Majisha wrote: nash1429 wrote:
4:26 "Surface area grows faster than volume."
It's still a somewhat entertaining video, if factually lacking. And I don't see a problem with focusing on arguing against creationism. The music was pretty epic, too.
Well, understand that they tried to fit it all into a 10:00 video meant for people who knows very little of actual biology. Like me!
There's nothing wrong with simplifying and breaking things down into easy to understand terms for the layman who doesn't know a lot of biology, but that's no reason to be inaccurate. Of course, I probably shouldn't criticize too much unless I've tried it myself, so here's an attempt to summarize the papers I cited in more layman's terms (please excuse anthropomorphic terms -- I'm pretty sure we all accept that molecules don't "want", "need", "invent", "figure out", etc... but these are useful metaphors for getting the idea across, especially when contracting hundreds of millions of years of chemical reactions into a few minutes of brief history):
1.) A few hundred million years after the Earth first formed, the surface had cooled enough to support being covered with water. Evidence suggests that early Earth at this time was completely covered in water. It had an atmosphere high in carbon dioxide, which in turn made the oceans very acidic (remember: the difference between acid and alkaline is how much hydrogen (as protons) there is in the solution; acid = a lot of hydrogen, alkaline = a very little hydrogen).
2.) Ocean water can circulate through the crust, entering in some areas and flowing slowly through the rock, heating up, and reacting with chemicals in the rocks. This removes the acid from the water as it flows through, and allows a number of simple molecules like carbon monoxide, ammonia, methane, phosphates, sulfates, etc. to form. This water circulates back into the ocean at "hydrothermal vents". Some of these vents are extremely hot, and while life may have found a way to live there now, were probably too hot for life to form. Others are much milder with temperatures not so different from what modern life is most comfortable at.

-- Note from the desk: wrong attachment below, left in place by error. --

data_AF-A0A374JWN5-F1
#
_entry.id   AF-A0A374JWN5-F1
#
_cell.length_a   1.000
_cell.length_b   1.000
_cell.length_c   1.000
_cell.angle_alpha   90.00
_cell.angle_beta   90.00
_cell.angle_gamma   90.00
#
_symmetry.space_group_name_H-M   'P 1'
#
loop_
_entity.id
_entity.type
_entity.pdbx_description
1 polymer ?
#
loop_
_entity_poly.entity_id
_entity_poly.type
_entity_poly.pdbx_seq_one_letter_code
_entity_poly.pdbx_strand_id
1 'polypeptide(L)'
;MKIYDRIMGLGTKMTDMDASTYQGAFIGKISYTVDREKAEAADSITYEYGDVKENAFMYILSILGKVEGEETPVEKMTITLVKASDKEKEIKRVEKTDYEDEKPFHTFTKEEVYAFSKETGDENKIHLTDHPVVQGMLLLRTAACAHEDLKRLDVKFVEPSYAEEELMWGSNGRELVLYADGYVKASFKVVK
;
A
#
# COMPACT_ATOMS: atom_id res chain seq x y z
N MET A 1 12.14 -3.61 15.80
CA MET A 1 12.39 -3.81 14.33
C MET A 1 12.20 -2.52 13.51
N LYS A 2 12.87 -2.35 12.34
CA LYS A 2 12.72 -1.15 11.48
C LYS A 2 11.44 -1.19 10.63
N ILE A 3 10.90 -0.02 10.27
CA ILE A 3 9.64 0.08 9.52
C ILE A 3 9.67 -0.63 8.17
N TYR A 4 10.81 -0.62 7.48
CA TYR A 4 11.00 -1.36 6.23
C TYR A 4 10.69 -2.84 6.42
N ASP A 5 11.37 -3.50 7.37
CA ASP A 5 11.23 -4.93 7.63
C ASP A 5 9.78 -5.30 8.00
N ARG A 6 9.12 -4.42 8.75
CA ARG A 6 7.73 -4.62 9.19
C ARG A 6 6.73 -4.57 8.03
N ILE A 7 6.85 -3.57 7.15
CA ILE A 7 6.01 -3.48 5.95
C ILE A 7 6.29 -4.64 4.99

3.) The rocks at these vents can be rather porous (full of small holes and compartments). The rocks are rich in iron, nickel, and sulfur, which are important elements in life for helping life reactions happen. Warm alkaline vent water flows through these tiny (even the size of cells in modern life) compartments, mixing with the cold acid sea water. This sets up some important conditions. Warm tends to rise and cold tends to sink, so the temperature difference sets up small circular currents through the compartments in these rocks. As this "convection current" flows, it serves to concentrate larger molecules in the compartments (if there were no compartments, molecules from the vents would just dilute into the sea and never react with each other). Also, difference between warm and cold can act as a source of energy. More importantly, the difference between acid sea water and alkaline vent water means that the hydrogen will flow from high concentration to low concentration, which also can act as a source of energy. There is also an electrical gradient in the rocks due to the difference in sea water and vent water when they mix. This is also a source of energy.